It’s hard to believe that we are just now starting what is traditionally our ‘fire season’ here in San Marcos. After what we experienced with the fires in May, it is easy to think, ‘We are done’…’We had our disaster’…’We are safe’.
But are we? Will we experience more Santa Ana conditions in the coming weeks? Probably. Will we experience more wildfire threats? Maybe.
It feels like this entire year has been ‘fire season’ here in California. For most of California, 2013 was the driest year in recorded history. And, 2014 isn’t looking much better – so far.
If you’ve lived here any length of time, you’ve experienced drought conditions before, but it seems that conditions like these haven’t been seen before in California’s recorded history – which is a bit unnerving, especially at this time of year.
Water. It is one of our most precious resources. And yet, it is so easy to take for granted because it shows up every time you turn on the faucet.
But, let’s be honest. How many times have you not realized a sprinkler head was broken and wondered how long it had been watering your neighbor’s car or the sidewalk? How many times have you left the water running waiting for it to warm up? How much does your water bill increase at this time of year just to keep your landscape looking decent?
The cool thing about water is that it connects all of us. As a community, it truly is one of our most shared resources. We all pay for it. We all use it. We all benefit from it.
And, if our access to it shrinks, it shrinks for all of us.
In August, Vallecitos Water District Board of Directors unanimously voted to move to a Level 2 Drought Alert. This means mandatory water-use restrictions for all Vallecitos customers for the foreseeable future. This will help San Diego County keep as much water as possible in storage for 2015.
What does that mean for you and me as residents?
Well, first of all, it means we all work together to raise water awareness – to value our water just a little bit more. It also means we start to spread the word to others and to report water waste when necessary. And, it means it’s time for each of us to get a little smarter about conservation.
The good news is that we have access to many conservation programs and resources here in San Marcos, so it’s easy to get educated and to have an impact.
The Cocos Fire helped all of us see what ‘proactive preparedness’ can mean in a natural disaster. We witnessed a well-executed plan and became much more aware of what goes on behind-the-scenes here in our community.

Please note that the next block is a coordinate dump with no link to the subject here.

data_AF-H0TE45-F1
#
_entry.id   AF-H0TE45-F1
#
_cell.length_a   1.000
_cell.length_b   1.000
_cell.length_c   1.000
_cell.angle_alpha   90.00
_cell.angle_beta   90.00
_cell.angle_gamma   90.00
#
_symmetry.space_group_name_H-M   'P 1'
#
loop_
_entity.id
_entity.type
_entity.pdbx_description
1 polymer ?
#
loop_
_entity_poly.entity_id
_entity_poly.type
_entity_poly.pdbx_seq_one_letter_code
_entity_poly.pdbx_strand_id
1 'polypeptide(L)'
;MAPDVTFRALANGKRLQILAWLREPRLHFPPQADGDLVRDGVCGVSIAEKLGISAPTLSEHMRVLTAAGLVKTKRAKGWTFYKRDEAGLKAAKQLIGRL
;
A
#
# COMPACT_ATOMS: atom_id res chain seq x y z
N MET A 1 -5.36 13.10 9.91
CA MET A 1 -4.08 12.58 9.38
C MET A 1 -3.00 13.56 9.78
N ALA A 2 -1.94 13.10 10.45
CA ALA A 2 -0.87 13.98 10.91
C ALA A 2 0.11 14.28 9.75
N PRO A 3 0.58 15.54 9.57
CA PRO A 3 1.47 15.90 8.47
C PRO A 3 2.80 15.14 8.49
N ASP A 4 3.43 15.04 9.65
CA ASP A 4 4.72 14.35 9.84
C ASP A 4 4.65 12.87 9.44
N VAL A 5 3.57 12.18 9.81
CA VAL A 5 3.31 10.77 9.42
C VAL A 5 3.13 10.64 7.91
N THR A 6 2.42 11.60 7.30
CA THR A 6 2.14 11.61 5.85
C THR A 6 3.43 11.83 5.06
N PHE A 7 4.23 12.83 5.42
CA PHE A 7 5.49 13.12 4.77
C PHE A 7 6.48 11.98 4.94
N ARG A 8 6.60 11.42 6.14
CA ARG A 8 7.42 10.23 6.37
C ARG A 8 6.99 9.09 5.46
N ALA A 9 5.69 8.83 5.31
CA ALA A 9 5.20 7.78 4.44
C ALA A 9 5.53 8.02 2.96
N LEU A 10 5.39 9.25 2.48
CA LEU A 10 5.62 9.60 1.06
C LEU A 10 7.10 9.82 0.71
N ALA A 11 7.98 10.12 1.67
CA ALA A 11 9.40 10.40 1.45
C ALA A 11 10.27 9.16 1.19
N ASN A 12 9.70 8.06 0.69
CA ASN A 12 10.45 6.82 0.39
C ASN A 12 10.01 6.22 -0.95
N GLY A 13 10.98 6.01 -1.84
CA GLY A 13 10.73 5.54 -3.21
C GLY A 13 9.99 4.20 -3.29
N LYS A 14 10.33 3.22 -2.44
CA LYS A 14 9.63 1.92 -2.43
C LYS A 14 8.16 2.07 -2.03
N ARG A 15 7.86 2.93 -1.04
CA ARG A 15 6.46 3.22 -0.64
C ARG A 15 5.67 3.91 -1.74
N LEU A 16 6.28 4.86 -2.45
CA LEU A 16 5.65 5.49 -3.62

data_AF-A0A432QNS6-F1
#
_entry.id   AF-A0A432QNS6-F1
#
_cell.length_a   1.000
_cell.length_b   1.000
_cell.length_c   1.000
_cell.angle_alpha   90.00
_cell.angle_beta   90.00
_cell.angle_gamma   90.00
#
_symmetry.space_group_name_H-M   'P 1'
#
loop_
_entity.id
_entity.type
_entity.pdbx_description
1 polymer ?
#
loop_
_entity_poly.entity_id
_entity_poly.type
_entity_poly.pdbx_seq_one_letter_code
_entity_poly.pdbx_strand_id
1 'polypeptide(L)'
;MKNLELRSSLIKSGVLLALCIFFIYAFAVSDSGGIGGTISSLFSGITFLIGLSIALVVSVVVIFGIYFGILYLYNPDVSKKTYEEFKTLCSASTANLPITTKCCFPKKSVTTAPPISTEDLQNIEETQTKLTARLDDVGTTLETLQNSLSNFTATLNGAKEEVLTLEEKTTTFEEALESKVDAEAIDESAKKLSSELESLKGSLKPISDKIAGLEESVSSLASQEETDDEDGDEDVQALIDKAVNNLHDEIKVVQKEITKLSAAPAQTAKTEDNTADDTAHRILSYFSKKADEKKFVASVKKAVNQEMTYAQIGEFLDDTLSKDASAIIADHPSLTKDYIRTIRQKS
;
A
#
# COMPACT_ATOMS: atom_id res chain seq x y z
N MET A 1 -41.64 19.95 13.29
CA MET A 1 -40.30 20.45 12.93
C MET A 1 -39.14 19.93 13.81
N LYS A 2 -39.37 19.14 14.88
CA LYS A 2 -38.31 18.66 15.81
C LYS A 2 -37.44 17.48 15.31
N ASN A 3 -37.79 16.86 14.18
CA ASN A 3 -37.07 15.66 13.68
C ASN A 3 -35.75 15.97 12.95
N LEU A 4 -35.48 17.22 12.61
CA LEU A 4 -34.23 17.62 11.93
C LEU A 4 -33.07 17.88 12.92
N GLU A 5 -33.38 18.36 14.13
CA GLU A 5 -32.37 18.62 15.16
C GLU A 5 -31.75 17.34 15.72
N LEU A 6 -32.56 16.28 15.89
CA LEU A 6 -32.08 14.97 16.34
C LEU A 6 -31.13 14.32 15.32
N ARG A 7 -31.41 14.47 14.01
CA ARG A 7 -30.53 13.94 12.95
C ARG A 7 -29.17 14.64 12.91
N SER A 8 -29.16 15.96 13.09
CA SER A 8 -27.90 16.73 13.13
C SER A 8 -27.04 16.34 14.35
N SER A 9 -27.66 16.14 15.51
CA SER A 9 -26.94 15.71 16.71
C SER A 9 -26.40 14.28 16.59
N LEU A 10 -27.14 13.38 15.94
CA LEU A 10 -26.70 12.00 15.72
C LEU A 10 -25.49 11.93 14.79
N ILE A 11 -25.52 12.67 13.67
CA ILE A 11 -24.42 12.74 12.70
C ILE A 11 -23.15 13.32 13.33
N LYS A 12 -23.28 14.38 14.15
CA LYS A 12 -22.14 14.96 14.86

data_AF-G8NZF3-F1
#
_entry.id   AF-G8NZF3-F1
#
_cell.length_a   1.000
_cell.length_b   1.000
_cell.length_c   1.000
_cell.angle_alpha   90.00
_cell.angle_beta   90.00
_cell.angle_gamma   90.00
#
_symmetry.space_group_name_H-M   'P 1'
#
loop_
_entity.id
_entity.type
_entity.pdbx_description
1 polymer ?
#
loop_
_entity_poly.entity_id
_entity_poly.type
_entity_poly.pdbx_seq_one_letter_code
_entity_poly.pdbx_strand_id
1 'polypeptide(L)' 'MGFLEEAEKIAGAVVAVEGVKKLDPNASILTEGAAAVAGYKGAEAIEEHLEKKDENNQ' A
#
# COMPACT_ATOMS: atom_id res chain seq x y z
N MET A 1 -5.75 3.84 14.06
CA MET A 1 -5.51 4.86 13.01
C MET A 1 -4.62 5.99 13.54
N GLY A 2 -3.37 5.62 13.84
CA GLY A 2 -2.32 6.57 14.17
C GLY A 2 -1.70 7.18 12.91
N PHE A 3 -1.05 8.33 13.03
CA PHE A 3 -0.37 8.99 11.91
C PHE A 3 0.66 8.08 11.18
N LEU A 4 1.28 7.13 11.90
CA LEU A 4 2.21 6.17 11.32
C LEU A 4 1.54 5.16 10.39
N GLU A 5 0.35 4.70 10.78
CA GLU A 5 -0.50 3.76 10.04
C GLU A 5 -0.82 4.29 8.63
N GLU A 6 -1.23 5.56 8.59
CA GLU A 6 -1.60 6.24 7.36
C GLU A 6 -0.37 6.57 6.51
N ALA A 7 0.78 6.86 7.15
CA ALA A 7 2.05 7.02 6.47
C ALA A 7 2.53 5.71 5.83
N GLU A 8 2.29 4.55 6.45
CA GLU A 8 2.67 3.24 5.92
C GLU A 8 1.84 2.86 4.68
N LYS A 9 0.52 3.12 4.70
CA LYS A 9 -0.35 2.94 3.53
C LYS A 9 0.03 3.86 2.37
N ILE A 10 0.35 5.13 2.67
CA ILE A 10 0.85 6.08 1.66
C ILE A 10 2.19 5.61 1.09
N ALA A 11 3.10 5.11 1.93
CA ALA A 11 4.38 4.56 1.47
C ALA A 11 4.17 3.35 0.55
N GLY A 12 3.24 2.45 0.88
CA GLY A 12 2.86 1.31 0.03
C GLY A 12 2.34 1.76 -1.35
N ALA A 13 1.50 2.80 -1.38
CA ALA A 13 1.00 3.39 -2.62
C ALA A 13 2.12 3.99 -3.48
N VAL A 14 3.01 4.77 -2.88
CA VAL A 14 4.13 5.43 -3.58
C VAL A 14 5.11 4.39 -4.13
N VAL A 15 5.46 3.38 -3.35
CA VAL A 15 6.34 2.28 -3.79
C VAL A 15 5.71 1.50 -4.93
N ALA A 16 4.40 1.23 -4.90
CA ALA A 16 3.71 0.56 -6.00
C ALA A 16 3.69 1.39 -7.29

At the community Thank You event hosted by the City of San Marcos after the Cocos Fire, it was fascinating to hear how resources were gathered and distributed – especially water – and how the response to the fires began long before the first flame even sparked.
As soon as the Santa Ana conditions were forecasted, Vallecitos Water District began to fill all of their tanks and reservoirs to capacity. It’s one of many precautionary procedures that goes on behind-the-scenes that most of us take for granted.
What we as residents learned from the fires was: the importance of creating a defensible space around our homes, having an evacuation plan, and why we should listen to authorities during a disaster and get out of their way so they can implement their defense without obstacles.
The question is – will we do the same when it comes to water?
It’s such a simple task to preserve water, if we all just do a little bit. If we each comply with the mandatory restrictions, if we help report water waste, and if we get a little smarter about sustainability – we just might get to witness a well-executed response to a serious threat in our water supply. And, we just might be one of a few cities in California to rise to the top as an inspiration to the rest of the state in how a community can come together to preserve and to SHARE resources.
Are you in?
Let’s make San Marcos not only home to an amazing school district and vast array of educational resources, not just a City with a fantastic fire and safety response system, but also a proactive, well-informed population that cares not only for today, but for the future. To be recognized as a diverse community willing to work together to protect our most valued resources, improve our sustainability, and leave a positive footprint for the next generation.
A lot of it has already started – all you have to do is jump in!